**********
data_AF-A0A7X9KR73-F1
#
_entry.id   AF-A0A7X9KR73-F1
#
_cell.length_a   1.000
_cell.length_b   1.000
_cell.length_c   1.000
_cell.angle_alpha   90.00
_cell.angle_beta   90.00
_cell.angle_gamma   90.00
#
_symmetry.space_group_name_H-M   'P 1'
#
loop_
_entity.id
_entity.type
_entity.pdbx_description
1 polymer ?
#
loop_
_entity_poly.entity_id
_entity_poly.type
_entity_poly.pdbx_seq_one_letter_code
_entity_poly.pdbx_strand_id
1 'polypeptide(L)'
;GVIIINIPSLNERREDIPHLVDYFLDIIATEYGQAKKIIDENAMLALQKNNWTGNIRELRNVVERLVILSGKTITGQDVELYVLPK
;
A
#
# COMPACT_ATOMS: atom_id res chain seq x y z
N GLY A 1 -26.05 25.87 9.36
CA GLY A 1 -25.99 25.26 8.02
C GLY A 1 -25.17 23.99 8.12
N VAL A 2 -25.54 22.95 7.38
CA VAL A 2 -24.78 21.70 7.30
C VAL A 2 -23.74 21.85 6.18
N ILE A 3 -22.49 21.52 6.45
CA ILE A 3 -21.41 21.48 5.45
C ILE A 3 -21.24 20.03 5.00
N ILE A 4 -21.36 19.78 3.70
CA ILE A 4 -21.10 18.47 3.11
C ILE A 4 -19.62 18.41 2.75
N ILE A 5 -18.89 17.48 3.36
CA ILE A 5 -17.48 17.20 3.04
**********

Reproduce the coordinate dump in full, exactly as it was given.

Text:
data_AF-A0A7X9KR73-F1
#
_entry.id   AF-A0A7X9KR73-F1
#
_cell.length_a   1.000
_cell.length_b   1.000
_cell.length_c   1.000
_cell.angle_alpha   90.00
_cell.angle_beta   90.00
_cell.angle_gamma   90.00
#
_symmetry.space_group_name_H-M   'P 1'
#
loop_
_entity.id
_entity.type
_entity.pdbx_description
1 polymer ?
#
loop_
_entity_poly.entity_id
_entity_poly.type
_entity_poly.pdbx_seq_one_letter_code
_entity_poly.pdbx_strand_id
1 'polypeptide(L)'
;GVIIINIPSLNERREDIPHLVDYFLDIIATEYGQAKKIIDENAMLALQKNNWTGNIRELRNVVERLVILSGKTITGQDVELYVLPK
;
A
#
# COMPACT_ATOMS: atom_id res chain seq x y z
N GLY A 1 -26.05 25.87 9.36
CA GLY A 1 -25.99 25.26 8.02
C GLY A 1 -25.17 23.99 8.12
N VAL A 2 -25.54 22.95 7.38
CA VAL A 2 -24.78 21.70 7.30
C VAL A 2 -23.74 21.85 6.18
N ILE A 3 -22.49 21.52 6.45
CA ILE A 3 -21.41 21.48 5.45
C ILE A 3 -21.24 20.03 5.00
N ILE A 4 -21.36 19.78 3.70
CA ILE A 4 -21.10 18.47 3.11
C ILE A 4 -19.62 18.41 2.75
N ILE A 5 -18.89 17.48 3.36
CA ILE A 5 -17.48 17.20 3.04